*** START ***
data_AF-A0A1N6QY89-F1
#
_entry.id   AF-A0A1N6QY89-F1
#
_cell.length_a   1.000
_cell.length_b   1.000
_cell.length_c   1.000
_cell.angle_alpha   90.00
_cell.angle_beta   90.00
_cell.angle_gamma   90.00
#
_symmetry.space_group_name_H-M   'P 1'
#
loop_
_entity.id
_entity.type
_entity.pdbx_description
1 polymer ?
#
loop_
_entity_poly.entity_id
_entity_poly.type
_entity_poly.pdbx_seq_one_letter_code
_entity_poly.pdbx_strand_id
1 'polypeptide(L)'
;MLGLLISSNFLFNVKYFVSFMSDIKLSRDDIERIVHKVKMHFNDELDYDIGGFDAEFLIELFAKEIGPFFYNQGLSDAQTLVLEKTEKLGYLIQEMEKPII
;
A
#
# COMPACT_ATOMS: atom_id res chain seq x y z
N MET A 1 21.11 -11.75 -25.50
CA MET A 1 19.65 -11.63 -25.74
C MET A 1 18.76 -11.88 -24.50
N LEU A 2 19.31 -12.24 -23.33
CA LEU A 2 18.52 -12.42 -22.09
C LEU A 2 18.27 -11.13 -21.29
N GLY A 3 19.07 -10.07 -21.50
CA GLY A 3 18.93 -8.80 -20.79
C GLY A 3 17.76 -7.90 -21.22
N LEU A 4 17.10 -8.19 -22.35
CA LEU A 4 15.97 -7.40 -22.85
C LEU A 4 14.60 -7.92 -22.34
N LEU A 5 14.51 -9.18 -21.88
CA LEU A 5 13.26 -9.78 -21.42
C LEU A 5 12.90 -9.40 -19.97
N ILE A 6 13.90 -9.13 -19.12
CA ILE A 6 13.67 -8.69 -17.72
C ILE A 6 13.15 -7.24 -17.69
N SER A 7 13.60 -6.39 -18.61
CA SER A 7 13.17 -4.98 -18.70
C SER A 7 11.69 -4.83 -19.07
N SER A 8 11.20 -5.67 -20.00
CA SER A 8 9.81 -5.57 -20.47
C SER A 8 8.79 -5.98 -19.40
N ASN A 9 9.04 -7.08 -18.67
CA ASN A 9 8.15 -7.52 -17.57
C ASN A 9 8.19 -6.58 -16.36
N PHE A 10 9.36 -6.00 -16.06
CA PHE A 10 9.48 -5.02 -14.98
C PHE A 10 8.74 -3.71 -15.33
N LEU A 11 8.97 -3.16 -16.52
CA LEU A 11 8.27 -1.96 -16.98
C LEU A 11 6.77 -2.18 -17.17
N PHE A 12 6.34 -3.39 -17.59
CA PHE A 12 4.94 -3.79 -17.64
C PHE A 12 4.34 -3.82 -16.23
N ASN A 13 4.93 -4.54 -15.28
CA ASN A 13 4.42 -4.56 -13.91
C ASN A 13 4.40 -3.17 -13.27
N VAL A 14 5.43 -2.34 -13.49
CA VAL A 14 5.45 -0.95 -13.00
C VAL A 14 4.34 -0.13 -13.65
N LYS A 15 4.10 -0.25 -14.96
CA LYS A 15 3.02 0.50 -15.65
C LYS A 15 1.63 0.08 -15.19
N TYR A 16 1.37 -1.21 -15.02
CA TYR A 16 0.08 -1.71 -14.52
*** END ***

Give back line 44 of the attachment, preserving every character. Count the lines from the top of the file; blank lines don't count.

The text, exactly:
CA LEU A 5 13.26 -9.78 -21.42